If you are serious about your career, how much better placed are you if the internet recognises you as influential in your profession?

You’ll have a bigger network. A more authoritative voice. And the ability to help others.

Notice the last point. Help others.

Not ourselves. As the global marketing director of one of the big four global consulting firms once said to me about her firm’s social media,  "We have too much media and not enough social".

She summed up the situation perfectly. Her firm employs thousands of the best and brightest minds globally. Their daily production of expert and insightful material posted online far exceeds what I could produce in a year.

Yet when I looked at the social media influence of even the most active and established people people at her firm, almost none had achieved any significant online influence.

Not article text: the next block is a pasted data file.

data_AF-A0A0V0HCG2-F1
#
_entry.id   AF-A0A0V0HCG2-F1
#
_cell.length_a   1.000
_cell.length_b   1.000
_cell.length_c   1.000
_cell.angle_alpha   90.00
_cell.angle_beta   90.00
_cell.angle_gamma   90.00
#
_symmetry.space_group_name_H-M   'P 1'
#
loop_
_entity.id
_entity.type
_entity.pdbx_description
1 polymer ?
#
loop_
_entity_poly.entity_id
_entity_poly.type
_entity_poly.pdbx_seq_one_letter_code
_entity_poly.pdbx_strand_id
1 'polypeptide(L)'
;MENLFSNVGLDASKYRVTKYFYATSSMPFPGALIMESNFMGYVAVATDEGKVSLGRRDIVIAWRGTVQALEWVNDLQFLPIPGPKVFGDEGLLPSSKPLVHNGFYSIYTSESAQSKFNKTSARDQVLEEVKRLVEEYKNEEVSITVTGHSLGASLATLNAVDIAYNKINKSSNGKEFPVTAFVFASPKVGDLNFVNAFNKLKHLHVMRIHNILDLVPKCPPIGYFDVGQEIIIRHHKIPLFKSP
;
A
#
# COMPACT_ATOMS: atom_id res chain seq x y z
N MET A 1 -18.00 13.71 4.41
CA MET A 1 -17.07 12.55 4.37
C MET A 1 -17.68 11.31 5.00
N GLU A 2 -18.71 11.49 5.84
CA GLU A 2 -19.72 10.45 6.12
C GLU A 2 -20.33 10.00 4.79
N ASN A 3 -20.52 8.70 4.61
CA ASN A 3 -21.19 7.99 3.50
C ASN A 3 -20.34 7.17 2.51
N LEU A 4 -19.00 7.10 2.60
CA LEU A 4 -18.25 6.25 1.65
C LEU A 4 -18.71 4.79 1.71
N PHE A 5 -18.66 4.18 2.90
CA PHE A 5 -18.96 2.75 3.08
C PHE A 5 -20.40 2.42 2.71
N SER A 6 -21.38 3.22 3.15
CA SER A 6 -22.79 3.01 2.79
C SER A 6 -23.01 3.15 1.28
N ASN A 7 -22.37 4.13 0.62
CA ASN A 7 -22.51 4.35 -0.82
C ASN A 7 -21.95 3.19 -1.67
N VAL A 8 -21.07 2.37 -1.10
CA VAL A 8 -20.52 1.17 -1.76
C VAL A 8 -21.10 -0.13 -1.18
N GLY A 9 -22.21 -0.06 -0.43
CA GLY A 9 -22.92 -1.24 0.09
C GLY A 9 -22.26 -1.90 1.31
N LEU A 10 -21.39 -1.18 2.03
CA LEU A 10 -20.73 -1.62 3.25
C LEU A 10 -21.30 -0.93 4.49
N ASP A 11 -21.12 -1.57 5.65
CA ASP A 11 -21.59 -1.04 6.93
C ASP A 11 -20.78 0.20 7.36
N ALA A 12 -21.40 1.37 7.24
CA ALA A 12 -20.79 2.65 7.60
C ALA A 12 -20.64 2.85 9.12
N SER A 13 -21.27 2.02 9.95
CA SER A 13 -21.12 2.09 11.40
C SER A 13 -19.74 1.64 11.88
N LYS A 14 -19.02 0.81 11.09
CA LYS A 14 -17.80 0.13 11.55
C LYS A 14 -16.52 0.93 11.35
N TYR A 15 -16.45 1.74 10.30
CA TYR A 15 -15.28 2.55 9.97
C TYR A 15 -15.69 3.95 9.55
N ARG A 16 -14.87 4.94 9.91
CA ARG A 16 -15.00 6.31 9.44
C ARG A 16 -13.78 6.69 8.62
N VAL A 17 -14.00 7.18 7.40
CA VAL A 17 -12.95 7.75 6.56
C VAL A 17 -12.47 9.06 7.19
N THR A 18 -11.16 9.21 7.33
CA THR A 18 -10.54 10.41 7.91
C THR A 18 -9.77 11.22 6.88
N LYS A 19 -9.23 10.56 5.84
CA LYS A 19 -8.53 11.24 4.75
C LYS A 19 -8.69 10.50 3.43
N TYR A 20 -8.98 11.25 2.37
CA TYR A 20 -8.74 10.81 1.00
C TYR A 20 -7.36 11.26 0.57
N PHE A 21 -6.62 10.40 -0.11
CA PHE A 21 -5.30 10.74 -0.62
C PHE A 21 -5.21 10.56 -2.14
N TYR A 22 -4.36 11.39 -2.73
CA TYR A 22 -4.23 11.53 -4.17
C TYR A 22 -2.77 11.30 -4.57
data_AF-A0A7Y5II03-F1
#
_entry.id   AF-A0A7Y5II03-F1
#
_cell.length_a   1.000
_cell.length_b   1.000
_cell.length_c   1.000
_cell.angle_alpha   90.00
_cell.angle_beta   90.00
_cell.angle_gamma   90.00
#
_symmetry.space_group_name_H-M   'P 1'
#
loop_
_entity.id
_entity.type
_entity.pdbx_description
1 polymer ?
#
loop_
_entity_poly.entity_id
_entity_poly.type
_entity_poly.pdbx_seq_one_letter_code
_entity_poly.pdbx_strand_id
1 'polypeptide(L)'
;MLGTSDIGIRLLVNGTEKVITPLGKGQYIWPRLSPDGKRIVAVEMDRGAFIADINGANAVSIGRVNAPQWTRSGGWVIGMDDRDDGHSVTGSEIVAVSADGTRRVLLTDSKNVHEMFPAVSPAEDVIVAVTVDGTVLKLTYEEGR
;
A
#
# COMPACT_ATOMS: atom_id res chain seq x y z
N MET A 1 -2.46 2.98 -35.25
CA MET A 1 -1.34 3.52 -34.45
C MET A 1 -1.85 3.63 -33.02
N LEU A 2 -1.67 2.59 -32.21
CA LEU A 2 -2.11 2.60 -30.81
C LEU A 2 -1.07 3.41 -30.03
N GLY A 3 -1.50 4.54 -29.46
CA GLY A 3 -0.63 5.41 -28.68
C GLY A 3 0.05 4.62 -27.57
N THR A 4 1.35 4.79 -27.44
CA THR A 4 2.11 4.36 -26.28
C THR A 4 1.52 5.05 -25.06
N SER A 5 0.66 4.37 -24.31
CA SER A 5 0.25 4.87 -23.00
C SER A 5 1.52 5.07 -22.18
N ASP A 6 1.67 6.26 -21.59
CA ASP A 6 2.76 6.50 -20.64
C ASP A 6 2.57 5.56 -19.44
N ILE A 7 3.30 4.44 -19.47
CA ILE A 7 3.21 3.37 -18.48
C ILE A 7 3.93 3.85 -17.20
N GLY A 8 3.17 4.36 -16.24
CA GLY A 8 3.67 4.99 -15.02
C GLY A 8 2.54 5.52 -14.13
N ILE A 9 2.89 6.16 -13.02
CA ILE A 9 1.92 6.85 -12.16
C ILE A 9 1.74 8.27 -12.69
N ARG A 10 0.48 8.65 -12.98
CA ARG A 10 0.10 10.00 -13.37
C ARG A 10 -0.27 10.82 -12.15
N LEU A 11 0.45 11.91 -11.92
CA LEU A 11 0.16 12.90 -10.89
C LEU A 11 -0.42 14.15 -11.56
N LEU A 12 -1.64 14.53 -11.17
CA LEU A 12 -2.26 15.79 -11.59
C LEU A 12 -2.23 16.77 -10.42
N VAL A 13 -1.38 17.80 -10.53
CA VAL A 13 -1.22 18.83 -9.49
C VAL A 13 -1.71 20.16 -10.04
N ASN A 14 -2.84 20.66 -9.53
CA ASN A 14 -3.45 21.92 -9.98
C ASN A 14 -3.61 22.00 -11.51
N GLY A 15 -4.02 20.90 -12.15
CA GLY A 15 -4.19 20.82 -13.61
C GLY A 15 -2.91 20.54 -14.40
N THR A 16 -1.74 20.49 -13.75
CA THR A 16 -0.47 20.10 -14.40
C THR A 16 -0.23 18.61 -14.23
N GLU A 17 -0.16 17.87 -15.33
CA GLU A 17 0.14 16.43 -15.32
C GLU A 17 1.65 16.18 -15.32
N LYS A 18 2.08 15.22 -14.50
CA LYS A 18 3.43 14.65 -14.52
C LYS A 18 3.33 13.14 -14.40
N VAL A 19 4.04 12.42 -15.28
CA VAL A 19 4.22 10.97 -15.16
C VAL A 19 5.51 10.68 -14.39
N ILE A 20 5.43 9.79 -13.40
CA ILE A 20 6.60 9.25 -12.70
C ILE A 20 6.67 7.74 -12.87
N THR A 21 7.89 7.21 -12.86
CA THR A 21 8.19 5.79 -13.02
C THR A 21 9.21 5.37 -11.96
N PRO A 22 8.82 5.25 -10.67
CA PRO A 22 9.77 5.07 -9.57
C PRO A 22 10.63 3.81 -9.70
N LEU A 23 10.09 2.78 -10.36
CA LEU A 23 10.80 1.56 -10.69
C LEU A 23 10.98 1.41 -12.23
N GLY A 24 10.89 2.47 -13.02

They were all putting high quality and interesting content online. But no-one cared. Their impact was virtually zero. It was because they thought that merely creating and posting things online was the whole task.

It isn’t.

Online influence is the outcome of positive interactions with other people, not fire and forget. And as Dale Carnegie wrote in 1936, "You can make more friends in two months by being interested in other people than you can in two years by trying to get people interested in you".

So if you want to be influential online don’t follow the herd. Show your network that you care about them more than yourself. It is actions more than words which determine how others see us.